At age 11 I was diagnosed with Type I diabetes, often called juvenile onset diabetes at the time.
I was drinking water constantly and losing weight off my already small frame. When the teacher had had it with me asking to go to the bathroom several times each day she called my mother. Mom took me for a blood test. My glucose was over 600; I had lost 10 pounds in a month and was nauseous all the time. I spent the next 30 years taking insulin injections 4 – 6 times daily because I was known as a “brittle” diabetic.
At age 39 my kidneys began to fail. By the time I went on dialysis I couldn’t even hold a hair dryer over my head. Needless to say, my hair always looked bad and I had to go on disability and begin kidney dialysis treatments 3 times a week, 3 hours each day and now I was up to 8 infections daily. As a single mom, at the time, I was blessed with friends and family who gave me a great deal of support and kept my 8 year old from missing her skating, swimming and soccer practice.
By the grace of God I received the call in October of 2000 and a kidney pancreas was available for me in Wisconsin. Yeah – no more shots, finger prick blood testing 8 times daily and NO MORE dialysis!
Within 6 months I was able to return to my job as fitness coordinator of our local park district and also rebuild my strength and energy. At my 1 year anniversary I wrote to UMW and asked if they could convey to my donor family that I would be honored to meet them, if they wanted to meet me. The father of my donor graciously accepted my request.
You see, when I received my transplant I only knew my donor was a male, 18 years old, and died of head trauma. I wanted a name for the nameless angel, so I called him David, the slayer of Goliath, and thanked him daily. When I received the letter from UMW I never expected his first name to be David and …it wasn’t. His first name was Michael and his last name – yes, it was…..David!!! I realized, even more, the true miracle of my transplant.
I met Michael David’s father, Mick, and it was the best thing I could have done. Mick and I met at a restaurant ½ way between his location and mine. After a long hug and many tears we sat down to talk. (400)He thanked me for contacting him and felt a sense of peace during our 3 hours together. Mick was a very soft spoken gentle soul and was grieving, not only the loss of his son but also the loss of his wife who died 3 months after their son Michael passed. I could see the hurt and sorrow in his eyes and yet he was there with me, making me feel better.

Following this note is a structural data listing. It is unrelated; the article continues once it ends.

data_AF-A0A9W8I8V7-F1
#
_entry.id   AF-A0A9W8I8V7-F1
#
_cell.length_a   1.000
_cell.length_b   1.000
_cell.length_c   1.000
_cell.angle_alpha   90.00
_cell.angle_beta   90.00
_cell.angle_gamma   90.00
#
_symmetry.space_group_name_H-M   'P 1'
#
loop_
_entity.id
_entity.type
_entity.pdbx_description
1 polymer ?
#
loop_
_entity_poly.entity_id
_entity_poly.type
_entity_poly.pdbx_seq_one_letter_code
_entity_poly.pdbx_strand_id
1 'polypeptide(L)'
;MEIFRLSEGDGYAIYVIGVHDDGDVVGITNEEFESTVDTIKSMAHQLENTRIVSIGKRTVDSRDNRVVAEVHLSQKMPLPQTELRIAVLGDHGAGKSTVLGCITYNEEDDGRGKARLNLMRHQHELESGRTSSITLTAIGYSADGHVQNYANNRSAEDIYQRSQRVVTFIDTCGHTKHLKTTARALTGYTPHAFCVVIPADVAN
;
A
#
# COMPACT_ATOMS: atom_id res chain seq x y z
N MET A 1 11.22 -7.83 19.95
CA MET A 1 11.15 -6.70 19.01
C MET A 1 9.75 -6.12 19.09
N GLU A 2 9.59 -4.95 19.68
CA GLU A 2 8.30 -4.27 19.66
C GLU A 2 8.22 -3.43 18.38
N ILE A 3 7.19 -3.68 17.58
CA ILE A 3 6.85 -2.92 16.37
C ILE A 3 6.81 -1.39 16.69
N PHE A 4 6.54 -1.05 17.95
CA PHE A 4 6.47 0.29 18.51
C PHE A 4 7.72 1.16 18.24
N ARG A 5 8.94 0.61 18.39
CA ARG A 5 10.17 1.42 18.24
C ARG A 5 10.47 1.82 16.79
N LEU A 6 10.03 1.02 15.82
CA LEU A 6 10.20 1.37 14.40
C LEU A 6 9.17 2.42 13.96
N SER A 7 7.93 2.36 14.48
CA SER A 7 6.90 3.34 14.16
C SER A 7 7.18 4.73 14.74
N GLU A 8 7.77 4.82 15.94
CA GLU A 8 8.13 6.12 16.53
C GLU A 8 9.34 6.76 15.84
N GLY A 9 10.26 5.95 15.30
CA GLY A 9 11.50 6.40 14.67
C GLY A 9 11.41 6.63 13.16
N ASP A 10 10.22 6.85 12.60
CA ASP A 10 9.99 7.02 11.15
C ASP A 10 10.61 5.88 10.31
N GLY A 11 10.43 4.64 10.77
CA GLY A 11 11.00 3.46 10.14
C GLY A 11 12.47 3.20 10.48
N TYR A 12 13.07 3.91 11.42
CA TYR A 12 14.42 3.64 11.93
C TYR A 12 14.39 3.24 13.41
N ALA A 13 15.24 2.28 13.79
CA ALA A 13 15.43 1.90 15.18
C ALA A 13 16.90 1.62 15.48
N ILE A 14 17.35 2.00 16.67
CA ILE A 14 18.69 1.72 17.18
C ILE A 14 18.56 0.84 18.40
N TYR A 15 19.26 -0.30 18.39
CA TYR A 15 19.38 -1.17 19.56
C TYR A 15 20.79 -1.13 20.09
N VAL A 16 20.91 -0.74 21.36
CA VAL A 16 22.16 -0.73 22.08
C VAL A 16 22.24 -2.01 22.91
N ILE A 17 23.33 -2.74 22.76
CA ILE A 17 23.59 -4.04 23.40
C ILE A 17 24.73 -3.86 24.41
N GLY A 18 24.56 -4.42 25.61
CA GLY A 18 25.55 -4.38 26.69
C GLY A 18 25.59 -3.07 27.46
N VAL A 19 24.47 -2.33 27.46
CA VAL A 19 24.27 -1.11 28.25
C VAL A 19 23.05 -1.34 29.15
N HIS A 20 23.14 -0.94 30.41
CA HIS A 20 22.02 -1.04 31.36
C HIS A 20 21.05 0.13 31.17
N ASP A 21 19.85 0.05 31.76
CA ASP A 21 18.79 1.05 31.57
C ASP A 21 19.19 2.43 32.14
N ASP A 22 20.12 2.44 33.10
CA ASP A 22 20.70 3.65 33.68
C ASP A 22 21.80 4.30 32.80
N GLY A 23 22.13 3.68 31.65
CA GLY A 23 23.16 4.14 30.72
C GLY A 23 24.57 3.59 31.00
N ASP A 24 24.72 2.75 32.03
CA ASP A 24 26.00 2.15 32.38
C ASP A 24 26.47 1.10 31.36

Mick brought pictures of his son, who I came to know as “Mikey” and the rest of Mikey’s 5 siblings. He told me many (500) stories that brought cathartic tears and some much needed laughter for Mick while he reminisced. The waitresses continued pouring us coffee and wondering what we were doing; crying and crying and then laughing and crying! I was able to tell Mick about me, my transplant journey, and my family.
Since then I have tried to convey the importance of organ donation by presenting my story at high schools, local organizations, and anyone who will allow me to speak. I have a short segment on a local radio show that I mention organ donation on a regular basis (600) and I’m not shy! I was blessed to meet our Secretary of State, on the show, and thanked him for all the work that he does to support organ donation.
Those of you who read this today know the importance of registering to be an organ donor so spread the word loud and clear with heartfelt meaning. I don’t know where I would be today if it weren’t for my selfless donor and his family. Kidney dialysis and insulin injections take their toll on the body, but with the transplant I received I am still teaching Pilates and Exercise, working happily, and living a full life that I love. Thank you Mikey!!